MORE PEOPLE, MORE CARS, MORE ODOCOILEUS VIRGINUS = MORE CRASHES
Posted at 10:50 a.m. on May 30, 2019
The Brillion News
The month of June typically sees an increase in deer activity, and the Wisconsin Department of Transportation (WisDOT) and State Patrol are reminding motorists they need to be extra alert. This is especially true for motorcyclists.
Deer activity increases in June as females search for places to give birth and young deer separate from their mothers.
While crashes between deer and motor vehicles tend to peak in the fall, June is when motorists are most likely to be injured in a deer-vehicle crash. Last year in Wisconsin, 515 motorists were injured in deer-vehicle crashes and four people were killed – and all four fatalities were motorcyclists.
“This time of year, we typically see an increase in vehicle speeds and traffic volumes along with more motorcycles and deer along roadways,” said David Pabst, Director of the Bureau of Transportation Safety.
In addition, with the greening of brush and woodlands along highway, it is harder for motorists to see deer in time to slow down or stop to avoid a crash. Roads where woods come close to the roadway or where highway rights oF way are narrow are more dangerous.
Last year in Wisconsin, law enforcement reported 20,177 deer-vehicle crashes. Counties with higher traffic volumes and significant deer populations see the most crashes.
A 2006 study by the Michigan DOT showed these factors increased the risk of a deer-vehicle crash (DVC):
13 times greater risk at speeds over 55 MPH than under 50 MPH
10 times greater risk on 2-lane road than on highways with 4+lanes
17 times greater risk after dark or in unlighted areas than during daylight hours
3 times the risk in fog, even light fog
The highest incidence of DVC is between 6 and 7 a.m. and 6 and 7 p.m., with high risks before 6 a.m. and after 7 p.m. (twilight risk)
The DOT offers the following tips to avoid deer crashes and motorist injuries:
Slow down, eliminate distractions, and make sure all vehicle occupants are buckled up.
Deer can be seen at any time, but are most active in early morning and evening hours.
If you see one deer cross in front of you, watch for more. One long blast from your vehicle’s horn may frighten the animal away. This time of year, most does have fawns with them.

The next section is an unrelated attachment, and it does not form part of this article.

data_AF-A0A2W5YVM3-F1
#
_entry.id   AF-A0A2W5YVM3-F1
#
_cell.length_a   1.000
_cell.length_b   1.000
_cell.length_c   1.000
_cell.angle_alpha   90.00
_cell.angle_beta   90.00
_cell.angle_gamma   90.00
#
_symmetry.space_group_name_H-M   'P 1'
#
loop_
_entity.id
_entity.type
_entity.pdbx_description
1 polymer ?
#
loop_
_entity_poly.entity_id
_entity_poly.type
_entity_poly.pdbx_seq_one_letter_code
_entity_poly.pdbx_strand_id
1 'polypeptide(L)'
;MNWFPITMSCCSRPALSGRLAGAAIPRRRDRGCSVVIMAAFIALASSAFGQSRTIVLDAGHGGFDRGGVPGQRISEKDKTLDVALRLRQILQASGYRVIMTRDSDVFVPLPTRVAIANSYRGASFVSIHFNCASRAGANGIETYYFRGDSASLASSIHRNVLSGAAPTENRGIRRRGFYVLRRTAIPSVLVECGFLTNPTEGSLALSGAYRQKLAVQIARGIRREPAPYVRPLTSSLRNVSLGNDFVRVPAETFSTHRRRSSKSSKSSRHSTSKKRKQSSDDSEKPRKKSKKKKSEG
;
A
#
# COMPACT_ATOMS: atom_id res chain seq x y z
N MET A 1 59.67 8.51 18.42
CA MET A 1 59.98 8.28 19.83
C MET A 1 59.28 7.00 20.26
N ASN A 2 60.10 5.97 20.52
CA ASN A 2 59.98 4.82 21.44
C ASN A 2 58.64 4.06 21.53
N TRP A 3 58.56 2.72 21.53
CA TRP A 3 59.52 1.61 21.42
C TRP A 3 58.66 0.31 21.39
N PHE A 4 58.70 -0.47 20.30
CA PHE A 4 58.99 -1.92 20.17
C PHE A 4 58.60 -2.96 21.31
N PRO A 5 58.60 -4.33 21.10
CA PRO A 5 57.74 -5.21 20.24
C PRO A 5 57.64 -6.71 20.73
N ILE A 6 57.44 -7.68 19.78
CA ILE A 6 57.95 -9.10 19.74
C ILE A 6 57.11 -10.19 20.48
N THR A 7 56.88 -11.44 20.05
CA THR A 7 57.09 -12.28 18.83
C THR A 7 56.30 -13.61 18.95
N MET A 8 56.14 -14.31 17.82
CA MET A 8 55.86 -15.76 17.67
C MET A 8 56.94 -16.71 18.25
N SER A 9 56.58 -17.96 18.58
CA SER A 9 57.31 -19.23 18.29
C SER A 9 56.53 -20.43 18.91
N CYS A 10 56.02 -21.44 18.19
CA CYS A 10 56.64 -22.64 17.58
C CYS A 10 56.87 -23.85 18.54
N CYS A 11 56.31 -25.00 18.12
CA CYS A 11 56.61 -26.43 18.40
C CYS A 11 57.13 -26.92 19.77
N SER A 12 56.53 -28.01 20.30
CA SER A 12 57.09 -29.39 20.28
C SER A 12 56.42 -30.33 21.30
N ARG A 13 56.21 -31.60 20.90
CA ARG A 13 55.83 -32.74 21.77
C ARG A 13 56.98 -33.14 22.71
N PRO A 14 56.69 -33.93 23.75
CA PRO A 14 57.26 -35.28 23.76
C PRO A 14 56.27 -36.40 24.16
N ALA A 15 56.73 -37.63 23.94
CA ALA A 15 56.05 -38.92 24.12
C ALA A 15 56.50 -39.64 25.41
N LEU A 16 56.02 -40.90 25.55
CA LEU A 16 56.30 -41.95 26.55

If a collision with a deer is unavoidable:
Brake firmly. Stay in your lane.
Avoid sudden swerving which can result in a loss of vehicle control and a more serious crash.
The one exception is if you are operating a motorcycle, in which case you should slow down, brake firmly and swerve if necessary to avoid hitting the deer. Try to stay within your lane to avoid hitting other objects.
If you do hit a deer:
Get your vehicle safely off the road if possible and call law enforcement. Be prepared to describe your specific location.
It’s generally safest to stay buckled-up inside your vehicle. Walking along a highway is always dangerous as you could be struck by another vehicle.
Don’t attempt to move an injured deer.
Motorcyclists face the greatest risk of serious injury or death in a DVC. Some tips from motorcycle rider groups:
If you see one deer there are always others because they are herd animals. Slow down immediately.
If a collision appears imminent, do not swerve. Braking hard right up to the point of impact is good, but you want to be stabilized if you do collide, which will give you the greatest chance of remaining upright.
If riding in a group, spread out. This will keep one rider who hits a deer from taking other riders down with him.
Wear protective gear. As with other crashes, no one plans to hit an animal. The only way to be ready when it happens is to be ready on every ride. Wear a helmet, especially in areas and at times of greatest DVC risk.
The increase in motor vehicle travel and deer activity this time of year also results in more car-killed-deer along Wisconsin roadways. To report car-killed-deer:
Deer carcasses on the active, traveled portion of a highway represent an urgent safety hazard and should be reported by calling 911;
If the carcass is off the traveled portion of the roadway, call a non-emergency number.
Give information (such as proximity to a mile post, exit number, or nearest intersecting highway.